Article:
This by far was the hardest test of my life. I can best describe this 1-2 months of studying as being in the trenches with my med school comrades. You just have to experience it yourself. This test is what stands in the way of you attending the residency of your choice at your choice program. In most medical schools this test is taken at the end of your second year. You eat, breath, sleep with your First Aid study book. I literally read this book 5 times and left very few pages with any white space left. Till this day, I hear certain diseases and my mind immediately rushes back to a page in that book. My day consisted of waking up at 6:30am by accountability partner’s phone call, getting ready and rushing to my favorite study room before it was occupied. I would stay in that room until midnight except for a quick 30-minute lunch break and a dinner/gym break. Practice test after practice test. I pretty much was surrounded by classmates all cramming as much as they could. At times, hallways were lined with coffee drinking zombies reciting mnemonic after mnemonic. Despite this dark picture, somehow this became fun and strong bonds were created between classmates. This was life for us but in the end, the studying paid off for most of us.
Step 1 taught me that I could always push a mile further than I originally thought especially with an accountability buddy by my side.
3. Orthopedics Rotation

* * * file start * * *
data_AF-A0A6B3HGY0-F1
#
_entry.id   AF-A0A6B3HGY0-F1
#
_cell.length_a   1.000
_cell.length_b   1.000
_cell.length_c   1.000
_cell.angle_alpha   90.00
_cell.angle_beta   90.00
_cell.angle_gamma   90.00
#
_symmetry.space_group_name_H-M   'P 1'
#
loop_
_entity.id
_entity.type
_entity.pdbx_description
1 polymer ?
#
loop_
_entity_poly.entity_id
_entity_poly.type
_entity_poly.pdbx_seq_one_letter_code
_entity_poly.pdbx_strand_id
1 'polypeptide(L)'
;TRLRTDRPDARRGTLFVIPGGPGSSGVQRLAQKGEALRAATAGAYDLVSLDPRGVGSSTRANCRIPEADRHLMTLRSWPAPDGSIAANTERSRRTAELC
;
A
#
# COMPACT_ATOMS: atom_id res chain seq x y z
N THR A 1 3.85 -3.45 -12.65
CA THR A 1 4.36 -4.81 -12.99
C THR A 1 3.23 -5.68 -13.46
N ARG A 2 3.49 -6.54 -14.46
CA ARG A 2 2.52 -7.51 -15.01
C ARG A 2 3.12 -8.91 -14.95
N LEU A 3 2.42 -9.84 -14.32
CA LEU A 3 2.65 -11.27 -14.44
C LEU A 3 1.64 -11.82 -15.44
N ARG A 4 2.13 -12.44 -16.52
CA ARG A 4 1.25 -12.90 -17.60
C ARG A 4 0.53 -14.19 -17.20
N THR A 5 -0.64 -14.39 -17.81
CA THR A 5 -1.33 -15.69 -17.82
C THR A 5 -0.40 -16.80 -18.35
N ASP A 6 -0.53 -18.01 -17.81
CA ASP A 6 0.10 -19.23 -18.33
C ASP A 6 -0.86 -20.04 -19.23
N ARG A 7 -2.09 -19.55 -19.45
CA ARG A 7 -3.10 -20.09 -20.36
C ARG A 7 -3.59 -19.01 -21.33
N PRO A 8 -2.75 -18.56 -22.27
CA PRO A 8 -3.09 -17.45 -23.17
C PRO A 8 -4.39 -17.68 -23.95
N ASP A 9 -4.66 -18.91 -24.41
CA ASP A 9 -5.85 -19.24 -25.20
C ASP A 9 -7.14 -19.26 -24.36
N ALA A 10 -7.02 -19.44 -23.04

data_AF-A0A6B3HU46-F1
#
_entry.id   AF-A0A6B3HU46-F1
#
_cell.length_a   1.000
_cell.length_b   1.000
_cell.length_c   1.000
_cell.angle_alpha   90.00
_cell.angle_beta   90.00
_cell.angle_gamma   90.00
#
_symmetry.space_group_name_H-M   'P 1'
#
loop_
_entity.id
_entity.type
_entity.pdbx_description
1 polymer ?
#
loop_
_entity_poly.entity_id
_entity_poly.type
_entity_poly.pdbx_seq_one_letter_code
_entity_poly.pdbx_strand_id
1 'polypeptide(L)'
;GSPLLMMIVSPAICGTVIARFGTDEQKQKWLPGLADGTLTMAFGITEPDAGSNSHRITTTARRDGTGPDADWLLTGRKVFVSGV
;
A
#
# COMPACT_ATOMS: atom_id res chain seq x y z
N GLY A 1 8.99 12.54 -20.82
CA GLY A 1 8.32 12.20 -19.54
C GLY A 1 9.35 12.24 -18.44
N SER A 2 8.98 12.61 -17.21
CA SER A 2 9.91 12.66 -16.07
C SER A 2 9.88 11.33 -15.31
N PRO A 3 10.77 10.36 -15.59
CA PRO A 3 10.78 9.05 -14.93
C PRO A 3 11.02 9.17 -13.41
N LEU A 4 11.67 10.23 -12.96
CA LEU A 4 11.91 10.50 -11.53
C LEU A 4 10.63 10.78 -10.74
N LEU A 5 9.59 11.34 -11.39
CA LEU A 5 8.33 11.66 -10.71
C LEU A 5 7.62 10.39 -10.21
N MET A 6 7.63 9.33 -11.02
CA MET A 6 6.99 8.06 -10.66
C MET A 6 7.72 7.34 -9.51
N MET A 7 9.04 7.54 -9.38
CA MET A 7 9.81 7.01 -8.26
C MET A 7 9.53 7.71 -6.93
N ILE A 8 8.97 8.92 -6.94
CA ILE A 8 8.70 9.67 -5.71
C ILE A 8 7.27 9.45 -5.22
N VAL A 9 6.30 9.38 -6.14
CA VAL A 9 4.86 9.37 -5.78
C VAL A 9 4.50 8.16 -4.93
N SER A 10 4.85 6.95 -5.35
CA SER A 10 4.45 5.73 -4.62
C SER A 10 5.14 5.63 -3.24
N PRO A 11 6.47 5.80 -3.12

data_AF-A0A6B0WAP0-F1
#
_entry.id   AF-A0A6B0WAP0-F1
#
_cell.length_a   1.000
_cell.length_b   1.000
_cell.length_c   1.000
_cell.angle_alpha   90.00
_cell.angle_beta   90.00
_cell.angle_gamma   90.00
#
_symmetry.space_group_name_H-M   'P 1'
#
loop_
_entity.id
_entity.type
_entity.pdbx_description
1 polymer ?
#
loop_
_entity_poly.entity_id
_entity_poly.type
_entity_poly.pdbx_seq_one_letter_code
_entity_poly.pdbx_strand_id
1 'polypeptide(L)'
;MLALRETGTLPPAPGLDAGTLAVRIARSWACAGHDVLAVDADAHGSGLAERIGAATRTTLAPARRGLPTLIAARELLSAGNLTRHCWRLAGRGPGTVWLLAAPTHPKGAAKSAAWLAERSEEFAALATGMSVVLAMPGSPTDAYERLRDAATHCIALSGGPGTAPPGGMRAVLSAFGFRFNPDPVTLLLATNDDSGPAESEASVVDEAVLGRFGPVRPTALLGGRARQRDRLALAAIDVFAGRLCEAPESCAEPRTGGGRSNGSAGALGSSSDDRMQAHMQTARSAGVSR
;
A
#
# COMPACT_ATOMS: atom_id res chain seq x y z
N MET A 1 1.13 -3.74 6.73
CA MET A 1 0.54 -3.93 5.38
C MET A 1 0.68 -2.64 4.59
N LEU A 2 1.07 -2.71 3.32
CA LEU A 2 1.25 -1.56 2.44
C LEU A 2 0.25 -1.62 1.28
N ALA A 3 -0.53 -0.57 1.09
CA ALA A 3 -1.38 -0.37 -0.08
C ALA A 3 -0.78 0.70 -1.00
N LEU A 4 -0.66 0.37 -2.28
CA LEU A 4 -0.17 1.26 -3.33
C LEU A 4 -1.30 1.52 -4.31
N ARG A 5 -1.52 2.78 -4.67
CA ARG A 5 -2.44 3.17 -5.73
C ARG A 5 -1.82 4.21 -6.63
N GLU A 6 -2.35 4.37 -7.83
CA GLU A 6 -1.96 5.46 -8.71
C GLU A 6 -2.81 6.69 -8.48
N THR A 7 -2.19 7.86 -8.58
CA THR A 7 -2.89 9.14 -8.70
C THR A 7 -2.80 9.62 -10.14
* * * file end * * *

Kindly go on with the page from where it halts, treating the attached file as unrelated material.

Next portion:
I had finally begun my 3rd year of medical school. These were the clinical years and I was starting out with one of my highly anticipated rotations, Orthopedic Surgery. Woohoo! Let the fun begin. I thoroughly enjoyed this rotation but quickly learned surgery was not for me. I certainly was not a fan of the sterile fields which kept me on my toes all day dodging anything that could cause me to be contaminated. I typically woke up around 4 or 5 am in order to pre-round on my patients and run questions by the intern. Room-to-room, floor-to-floor, I quickly collected vital signs and constructed a SOAP note. We would round with our team typically consisting of 2 or 3 medical students, 1 or 2 interns, a chief resident, and an attending. Interns typically presented the cases unless the attending had time before the first surgical case and wanted the med student to get some practice presenting. Occasionally, the attending would “pimp” us (i.e. ask us medical questions). There was an art to responding to the pimping. See, as a third-year medical student coming fresh out of Step 1 studies, this may be the most medically knowledgeable you will ever be. However, you must know how to tame yourself and allow the intern (who may have forgotten some of the basic sciences) to answer first. It is never good to make your intern or resident look bad and I saw a number of med students do just that. My most memorable day was one I spent 8 hours in the OR assisting on a complicated infected hip case. As the only medical student there I was “lucky” enough to hold the patient’s leg on my hip, rotating, flexing, extending, abducting and adducting this joint. Somehow, my residents got contaminated and had to leave the case for some time only to come back smelling like pizza. The quiet medical student (me) on the other hand stood there for 8 hours without a drop of water or bite to eat. Times were hard.